Author and Poet
Leader and Sage
Activist and Storyteller
Wife and Mother
Designing and painting a wall mural is a formidable process. The execution is simply an expanded version of what one would do on canvas. This is not the arduous part. The difficulty comes with the passage of time. What happens when a room gets redecorated or repurposed? The mural is often a victim of circumstance. Many wall paintings are eventually covered over with contemporary hues. The delicate daughter’s carousel had its day in the sun too. I created it years ago when she loved playing with dollhouses and reading picture books. This mural was painted over with Georgian Gold when it became the guest room.
I began this Merry-Go-Round with research and the painting of this wooden sign-
The Paint horse below was created in homage to the animated movie, Spirit. Her name is Rain. She is Spirit’s horse girlfriend-
Then of course, there’s the proud Mustang stallion, Spirit-
See how the equine pair frolic about the Wild West-
And what’s a carousel without a doting cherub –
One must have an animal menagerie to bounce upon too-
There can’t be a carousel kingdom without a prince of the forest and a king of the jungle –
So merrily life goes ’round and carousels spin. We ride and laugh aloud. Sometimes we even get sick. The Merry-Go-Round stops and waits for the next group of riders.
Goodnight and may your night be filled with dancing animals and happy music…
Pointless, if unappreciated
Vanished, if not honored
Forgotten, if not remembered
‘Standard’ Pencil on Marker Layout
Once again, I was trapped in a dark room for seven hours. Keeping large classes focused on laborious computerized tests can make one quite mad. There were brief moments where student test takers dwindled. In these brief respites – white noise humming in my ears – my frazzled fingers sketched with a chewed pencil. There’s something lovable about printer paper.
I had time to doodle out two sketches, the woman above and the dude below-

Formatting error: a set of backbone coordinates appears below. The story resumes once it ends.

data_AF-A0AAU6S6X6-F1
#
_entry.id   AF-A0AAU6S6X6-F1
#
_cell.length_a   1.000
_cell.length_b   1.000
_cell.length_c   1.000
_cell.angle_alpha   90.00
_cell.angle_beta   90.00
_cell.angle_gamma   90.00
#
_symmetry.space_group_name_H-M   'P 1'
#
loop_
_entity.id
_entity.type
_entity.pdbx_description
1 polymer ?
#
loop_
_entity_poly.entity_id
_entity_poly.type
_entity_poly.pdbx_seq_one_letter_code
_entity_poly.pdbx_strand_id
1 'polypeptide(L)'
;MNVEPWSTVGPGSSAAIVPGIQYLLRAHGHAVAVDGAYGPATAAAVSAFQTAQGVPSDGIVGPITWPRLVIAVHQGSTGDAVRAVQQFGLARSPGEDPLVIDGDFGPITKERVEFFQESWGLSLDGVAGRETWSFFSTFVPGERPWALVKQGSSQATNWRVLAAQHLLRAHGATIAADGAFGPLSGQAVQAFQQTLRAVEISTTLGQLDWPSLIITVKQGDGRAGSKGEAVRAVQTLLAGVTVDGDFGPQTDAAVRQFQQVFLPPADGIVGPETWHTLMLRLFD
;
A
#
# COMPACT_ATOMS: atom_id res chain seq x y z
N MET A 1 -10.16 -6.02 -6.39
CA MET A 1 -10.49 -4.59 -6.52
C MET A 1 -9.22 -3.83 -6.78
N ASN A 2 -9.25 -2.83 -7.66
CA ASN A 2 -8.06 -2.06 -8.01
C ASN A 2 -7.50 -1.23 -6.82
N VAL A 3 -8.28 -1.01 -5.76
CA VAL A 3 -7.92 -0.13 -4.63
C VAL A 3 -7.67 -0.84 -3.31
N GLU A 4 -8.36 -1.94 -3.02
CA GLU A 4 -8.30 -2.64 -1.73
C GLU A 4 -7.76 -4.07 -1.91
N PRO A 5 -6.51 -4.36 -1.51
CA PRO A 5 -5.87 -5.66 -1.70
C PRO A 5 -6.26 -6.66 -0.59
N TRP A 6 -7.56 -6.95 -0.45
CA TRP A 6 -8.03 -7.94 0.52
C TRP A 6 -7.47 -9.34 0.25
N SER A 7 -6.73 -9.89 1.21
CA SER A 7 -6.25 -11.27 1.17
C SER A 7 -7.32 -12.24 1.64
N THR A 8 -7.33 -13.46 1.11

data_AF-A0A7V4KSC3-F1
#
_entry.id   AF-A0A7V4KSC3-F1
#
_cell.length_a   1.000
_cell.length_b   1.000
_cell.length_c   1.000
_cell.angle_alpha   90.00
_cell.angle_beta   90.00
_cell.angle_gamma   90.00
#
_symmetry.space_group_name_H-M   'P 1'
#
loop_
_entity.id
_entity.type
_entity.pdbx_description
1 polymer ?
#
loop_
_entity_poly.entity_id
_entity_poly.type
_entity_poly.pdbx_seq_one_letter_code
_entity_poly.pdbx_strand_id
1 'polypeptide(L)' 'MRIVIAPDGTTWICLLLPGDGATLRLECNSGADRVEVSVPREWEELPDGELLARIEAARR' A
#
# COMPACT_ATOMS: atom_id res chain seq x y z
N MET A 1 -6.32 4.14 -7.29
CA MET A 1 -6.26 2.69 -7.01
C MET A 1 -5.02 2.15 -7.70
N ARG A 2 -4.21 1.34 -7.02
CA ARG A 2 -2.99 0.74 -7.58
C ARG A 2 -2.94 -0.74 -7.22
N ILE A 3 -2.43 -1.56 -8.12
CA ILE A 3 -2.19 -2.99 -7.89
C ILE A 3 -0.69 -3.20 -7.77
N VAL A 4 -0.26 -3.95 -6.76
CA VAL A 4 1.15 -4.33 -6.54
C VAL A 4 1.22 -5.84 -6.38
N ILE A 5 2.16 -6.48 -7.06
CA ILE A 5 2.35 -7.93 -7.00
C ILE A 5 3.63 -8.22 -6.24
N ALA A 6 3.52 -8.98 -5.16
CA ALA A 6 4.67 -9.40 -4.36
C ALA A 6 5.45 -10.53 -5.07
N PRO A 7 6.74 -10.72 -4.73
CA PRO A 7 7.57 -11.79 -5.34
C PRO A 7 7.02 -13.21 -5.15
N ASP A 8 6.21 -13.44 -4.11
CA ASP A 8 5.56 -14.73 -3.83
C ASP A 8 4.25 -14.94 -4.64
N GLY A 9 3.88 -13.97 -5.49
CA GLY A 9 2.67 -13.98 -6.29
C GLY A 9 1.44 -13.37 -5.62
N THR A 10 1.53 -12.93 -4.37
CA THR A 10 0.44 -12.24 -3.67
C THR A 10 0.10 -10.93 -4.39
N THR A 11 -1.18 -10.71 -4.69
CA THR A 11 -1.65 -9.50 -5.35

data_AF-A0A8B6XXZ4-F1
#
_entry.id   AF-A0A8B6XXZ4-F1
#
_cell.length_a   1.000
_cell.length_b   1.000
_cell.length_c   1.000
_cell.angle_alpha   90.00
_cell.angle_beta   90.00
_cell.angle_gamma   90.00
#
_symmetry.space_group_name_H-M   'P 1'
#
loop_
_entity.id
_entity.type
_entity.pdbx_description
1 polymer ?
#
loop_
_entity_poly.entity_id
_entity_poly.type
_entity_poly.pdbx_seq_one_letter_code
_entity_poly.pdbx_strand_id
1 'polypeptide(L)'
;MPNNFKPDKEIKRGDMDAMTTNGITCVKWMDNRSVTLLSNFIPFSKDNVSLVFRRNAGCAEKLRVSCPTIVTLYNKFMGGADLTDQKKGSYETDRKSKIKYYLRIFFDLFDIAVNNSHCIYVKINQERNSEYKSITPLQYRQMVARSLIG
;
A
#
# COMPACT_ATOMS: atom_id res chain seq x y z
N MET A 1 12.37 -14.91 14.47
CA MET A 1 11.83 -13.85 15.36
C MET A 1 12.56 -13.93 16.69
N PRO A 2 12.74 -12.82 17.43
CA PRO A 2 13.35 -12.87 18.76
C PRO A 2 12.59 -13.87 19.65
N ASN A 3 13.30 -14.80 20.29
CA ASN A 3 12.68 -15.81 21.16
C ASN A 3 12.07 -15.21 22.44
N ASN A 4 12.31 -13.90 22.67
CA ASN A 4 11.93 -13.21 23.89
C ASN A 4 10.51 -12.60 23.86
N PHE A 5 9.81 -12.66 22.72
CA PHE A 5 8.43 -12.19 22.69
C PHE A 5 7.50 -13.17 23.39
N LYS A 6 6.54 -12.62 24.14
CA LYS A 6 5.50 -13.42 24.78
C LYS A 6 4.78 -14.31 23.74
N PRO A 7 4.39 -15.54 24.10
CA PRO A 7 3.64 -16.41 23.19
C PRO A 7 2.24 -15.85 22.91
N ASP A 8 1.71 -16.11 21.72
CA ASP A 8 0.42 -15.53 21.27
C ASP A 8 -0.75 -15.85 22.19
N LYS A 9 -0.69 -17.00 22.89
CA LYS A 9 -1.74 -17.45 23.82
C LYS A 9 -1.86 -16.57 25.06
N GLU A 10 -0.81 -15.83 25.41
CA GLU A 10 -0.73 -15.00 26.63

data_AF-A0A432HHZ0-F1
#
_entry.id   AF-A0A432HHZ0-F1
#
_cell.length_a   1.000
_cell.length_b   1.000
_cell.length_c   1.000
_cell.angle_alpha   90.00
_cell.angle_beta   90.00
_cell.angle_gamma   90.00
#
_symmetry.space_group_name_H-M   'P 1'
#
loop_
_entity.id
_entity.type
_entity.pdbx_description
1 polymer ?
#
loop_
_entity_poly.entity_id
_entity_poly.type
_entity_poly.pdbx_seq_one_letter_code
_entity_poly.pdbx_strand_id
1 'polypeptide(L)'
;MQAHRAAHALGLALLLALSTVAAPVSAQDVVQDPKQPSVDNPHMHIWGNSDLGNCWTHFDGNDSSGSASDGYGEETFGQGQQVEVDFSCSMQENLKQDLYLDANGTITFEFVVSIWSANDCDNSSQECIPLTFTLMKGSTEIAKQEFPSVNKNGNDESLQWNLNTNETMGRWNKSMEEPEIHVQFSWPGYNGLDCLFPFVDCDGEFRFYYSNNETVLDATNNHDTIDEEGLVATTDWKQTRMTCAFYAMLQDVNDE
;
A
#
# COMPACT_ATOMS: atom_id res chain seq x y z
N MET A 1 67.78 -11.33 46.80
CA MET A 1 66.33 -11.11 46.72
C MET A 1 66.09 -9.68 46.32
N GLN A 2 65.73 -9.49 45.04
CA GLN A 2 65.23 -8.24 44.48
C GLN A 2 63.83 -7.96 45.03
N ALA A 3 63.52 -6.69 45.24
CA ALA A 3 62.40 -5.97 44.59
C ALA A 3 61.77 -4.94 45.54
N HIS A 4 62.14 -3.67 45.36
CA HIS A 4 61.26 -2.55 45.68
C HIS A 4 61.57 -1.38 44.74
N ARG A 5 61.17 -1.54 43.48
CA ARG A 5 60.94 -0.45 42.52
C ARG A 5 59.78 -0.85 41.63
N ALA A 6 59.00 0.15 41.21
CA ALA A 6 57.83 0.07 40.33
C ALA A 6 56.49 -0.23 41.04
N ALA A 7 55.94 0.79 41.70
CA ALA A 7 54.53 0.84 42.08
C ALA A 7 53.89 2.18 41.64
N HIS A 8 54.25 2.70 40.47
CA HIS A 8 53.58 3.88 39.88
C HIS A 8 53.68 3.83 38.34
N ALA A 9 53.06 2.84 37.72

Guess which one I drew first 🙂
Have a wondrous, creative and honorable Memorial Day weekend…
This past weekend I visited my folks. My mom had purchased tickets (an early birthday present for me) to see my all time favorite Broadway actor – Mandy Patinkin sing with Patti Lupone (another favorite). My sis, delicate daughter and amazingly vivacious 78-year-old mother stopped at a Vegan Cafe before the show –
(sister, delicate daughter, beautiful mom)
The show was fantastic, no surprises there-
The big surprise was my dad’s special gift for his wife. My mother – bless her young heart – plays tennis, serves as an Art Committee Chairman, enjoys swimming…in short she loves life and lives it well. She got the idea into her head this year, she’d like to take up kayaking. Her six children advised against it. My father – usually a conservative thinker – threw caution to the wind and gave his spirited wife a shiny new, red kayak for Mother’s Day-
I love my mother dearly. She is so many things to so many people. Her talents are many. She has a beautiful soprano voice. She sang the Ave Maria at her wedding, as well as mine-
I painted this watercolor portrait in 2009 for my parents’
50th Wedding Anniversary celebration
I hope when the shiny red kayak touches down on the lake for its maiden voyage, my mother can paddle as well as she sings…
As a child, I never cared for dolls. My inner-tomboy wouldn’t allow it. There was however this one special baby doll, that my father brought home on a dark night long ago. Oh, she was beautiful. Her silky brown hair was fashioned into pixie and she had dark, malted milk-ball eyes. She wore a simple blue dress decorated with one little yellow daisy. She was the first doll I’d ever seen with eyes and hair like mine. It was love at first sight.
But my younger sister wanted the new doll too. She needed to add the brown-eyed beauty to her massive doll collection. My sister feared her sibling’s unusual desire for the plastic newcomer. She realized claiming her divine doll right in this situation, might be ineffective. My younger sister employed a more sinister tactic – she cried. Her blue eyes were quite convincing.
My inner-tomboy nearly relented that evening. Except as luck would have it, my inner-tomboy fell out of her upper bunk bed onto her head, ironically while showing off how far she could lean down without falling. She cried too – which she didn’t do often. My father who was within earshot came running in. In that tear-ridden moment, I asked for the brown-eyed, baby doll. Gazing at my pathetic face, my father told my sister she had more than enough dolls. And for the price of one head bump, the only baby doll I ever coveted was mine.
Sadly, I can’t remember what happened to my precious doll. Many years later, while at a younger brother’s high school graduation, I spied a beautiful, brown-eyed girl gripping a dirty, bald-headed Cabbage Patch Doll. She cupped the dolly tenderly to her shoulder. The afternoon sun was lighting her flawless face like an angel. I took a photo.
I came home that evening, took out my pastels and drew a cherished childhood memory –